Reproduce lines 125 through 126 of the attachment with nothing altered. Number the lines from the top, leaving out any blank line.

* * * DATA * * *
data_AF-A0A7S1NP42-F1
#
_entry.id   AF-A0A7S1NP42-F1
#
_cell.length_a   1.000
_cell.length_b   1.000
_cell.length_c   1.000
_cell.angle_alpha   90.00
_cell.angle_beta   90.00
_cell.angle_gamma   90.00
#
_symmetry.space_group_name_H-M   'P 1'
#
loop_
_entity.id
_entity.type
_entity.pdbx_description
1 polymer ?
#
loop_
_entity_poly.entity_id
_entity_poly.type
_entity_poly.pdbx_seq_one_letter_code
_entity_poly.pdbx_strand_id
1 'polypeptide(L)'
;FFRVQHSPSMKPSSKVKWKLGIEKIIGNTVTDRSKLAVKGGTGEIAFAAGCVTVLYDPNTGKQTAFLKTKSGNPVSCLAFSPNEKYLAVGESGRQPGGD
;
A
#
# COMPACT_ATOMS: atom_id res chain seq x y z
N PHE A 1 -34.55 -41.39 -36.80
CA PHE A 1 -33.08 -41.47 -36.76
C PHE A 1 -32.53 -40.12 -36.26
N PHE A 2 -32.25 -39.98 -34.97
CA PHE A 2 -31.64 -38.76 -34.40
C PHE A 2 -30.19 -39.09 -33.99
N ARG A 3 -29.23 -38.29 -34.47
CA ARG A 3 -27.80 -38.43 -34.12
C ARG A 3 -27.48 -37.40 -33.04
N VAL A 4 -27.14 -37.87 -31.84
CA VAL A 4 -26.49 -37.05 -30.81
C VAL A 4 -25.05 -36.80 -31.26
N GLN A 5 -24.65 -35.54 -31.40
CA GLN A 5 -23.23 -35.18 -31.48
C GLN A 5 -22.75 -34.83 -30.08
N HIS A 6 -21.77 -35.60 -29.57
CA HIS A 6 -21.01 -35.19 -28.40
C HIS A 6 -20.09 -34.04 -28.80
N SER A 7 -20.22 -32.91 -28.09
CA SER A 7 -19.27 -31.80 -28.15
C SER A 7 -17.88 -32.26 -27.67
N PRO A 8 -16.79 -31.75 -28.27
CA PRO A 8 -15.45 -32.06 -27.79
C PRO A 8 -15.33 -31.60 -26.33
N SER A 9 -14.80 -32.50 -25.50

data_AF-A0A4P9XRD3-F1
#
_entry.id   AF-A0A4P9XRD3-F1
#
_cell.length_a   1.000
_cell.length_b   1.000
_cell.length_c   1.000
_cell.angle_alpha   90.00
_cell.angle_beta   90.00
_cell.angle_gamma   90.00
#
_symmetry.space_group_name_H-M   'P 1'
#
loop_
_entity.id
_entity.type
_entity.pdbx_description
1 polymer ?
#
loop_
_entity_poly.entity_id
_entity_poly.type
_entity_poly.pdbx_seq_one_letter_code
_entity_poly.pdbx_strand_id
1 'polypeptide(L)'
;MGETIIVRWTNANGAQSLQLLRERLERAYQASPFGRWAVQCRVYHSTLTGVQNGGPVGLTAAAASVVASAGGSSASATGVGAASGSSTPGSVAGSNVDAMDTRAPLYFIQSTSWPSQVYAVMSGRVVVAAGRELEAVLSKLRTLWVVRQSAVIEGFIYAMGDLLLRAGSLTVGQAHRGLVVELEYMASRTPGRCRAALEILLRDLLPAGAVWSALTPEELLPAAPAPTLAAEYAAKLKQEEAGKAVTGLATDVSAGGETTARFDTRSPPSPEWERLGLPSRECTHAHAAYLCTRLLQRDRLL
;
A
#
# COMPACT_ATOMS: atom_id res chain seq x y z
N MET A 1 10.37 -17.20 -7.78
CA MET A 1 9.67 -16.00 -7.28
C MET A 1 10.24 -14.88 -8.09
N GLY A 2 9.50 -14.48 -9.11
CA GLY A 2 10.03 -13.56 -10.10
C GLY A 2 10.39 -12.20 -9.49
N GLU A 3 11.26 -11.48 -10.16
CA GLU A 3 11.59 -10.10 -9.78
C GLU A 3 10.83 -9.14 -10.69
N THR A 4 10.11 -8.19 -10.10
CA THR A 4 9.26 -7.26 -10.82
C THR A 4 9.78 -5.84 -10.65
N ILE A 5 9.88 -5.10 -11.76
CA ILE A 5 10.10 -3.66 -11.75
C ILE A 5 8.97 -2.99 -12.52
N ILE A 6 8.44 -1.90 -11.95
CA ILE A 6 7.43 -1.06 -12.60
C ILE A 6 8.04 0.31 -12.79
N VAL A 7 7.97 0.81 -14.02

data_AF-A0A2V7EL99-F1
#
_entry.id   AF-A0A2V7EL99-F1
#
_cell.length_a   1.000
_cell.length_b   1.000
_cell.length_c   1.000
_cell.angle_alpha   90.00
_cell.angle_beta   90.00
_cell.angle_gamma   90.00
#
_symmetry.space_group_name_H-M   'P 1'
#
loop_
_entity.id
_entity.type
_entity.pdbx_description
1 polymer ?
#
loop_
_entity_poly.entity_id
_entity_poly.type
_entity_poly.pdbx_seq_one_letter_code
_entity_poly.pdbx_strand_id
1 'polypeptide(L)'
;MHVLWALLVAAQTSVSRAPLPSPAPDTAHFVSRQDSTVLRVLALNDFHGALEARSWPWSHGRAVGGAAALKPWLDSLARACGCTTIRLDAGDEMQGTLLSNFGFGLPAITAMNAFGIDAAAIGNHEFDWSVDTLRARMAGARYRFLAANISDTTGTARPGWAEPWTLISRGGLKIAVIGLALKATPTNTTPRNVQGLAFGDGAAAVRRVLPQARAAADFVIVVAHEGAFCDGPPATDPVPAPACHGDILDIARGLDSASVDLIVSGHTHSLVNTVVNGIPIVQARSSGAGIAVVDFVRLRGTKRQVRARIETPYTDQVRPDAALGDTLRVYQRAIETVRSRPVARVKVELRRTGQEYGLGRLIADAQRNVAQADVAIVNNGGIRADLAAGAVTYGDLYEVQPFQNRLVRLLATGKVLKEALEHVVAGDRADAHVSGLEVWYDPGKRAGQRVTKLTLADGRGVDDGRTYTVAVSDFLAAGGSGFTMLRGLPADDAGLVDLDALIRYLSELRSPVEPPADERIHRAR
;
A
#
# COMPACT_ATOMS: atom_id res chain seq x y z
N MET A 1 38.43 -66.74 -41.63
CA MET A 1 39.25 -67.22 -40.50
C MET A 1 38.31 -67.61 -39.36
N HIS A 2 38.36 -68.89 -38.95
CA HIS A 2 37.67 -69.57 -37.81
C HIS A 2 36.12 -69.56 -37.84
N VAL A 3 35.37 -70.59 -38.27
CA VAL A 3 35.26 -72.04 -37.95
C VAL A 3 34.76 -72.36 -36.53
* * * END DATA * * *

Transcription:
_entity_poly.entity_id
_entity_poly.type